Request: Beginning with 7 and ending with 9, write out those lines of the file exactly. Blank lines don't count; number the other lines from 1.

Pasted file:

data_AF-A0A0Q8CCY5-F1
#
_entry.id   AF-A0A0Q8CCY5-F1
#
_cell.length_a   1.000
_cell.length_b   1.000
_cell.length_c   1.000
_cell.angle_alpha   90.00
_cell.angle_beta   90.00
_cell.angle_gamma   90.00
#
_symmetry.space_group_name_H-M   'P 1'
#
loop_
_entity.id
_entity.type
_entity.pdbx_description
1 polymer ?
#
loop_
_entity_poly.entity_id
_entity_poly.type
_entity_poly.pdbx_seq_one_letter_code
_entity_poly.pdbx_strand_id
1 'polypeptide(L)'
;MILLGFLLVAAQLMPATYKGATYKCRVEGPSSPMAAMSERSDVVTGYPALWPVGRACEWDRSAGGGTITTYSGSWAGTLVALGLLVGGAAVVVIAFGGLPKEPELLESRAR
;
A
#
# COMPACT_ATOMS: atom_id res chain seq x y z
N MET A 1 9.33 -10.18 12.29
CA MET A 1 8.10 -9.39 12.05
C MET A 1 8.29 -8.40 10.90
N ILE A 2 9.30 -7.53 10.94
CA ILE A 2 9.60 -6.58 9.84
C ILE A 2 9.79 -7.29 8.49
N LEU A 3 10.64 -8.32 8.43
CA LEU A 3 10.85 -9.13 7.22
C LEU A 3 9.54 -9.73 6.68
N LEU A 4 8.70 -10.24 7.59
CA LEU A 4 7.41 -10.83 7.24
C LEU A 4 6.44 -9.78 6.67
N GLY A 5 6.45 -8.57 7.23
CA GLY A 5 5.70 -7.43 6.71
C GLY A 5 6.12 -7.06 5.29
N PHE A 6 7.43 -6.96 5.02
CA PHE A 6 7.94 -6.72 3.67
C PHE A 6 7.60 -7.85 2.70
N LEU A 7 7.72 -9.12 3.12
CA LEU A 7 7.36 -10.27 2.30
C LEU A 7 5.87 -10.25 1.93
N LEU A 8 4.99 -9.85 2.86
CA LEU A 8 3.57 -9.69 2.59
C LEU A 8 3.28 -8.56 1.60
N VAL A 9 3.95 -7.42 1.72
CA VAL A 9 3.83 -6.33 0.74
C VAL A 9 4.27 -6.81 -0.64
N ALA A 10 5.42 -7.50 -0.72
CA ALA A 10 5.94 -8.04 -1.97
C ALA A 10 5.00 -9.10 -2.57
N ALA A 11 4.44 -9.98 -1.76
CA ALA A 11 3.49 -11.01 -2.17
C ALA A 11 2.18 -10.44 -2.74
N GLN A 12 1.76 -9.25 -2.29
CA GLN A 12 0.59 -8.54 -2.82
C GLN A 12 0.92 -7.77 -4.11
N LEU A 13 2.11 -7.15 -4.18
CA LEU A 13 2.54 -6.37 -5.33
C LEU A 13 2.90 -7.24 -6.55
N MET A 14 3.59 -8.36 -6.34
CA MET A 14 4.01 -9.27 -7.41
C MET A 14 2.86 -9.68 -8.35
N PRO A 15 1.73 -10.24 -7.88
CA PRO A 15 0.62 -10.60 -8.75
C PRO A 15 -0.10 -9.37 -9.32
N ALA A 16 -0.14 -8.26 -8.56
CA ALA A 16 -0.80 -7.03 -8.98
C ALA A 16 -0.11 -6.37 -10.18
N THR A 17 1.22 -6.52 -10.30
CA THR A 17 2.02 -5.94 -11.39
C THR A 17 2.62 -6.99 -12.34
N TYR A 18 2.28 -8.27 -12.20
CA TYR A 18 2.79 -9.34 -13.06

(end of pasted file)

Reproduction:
_cell.length_c   1.000
_cell.angle_alpha   90.00
_cell.angle_beta   90.00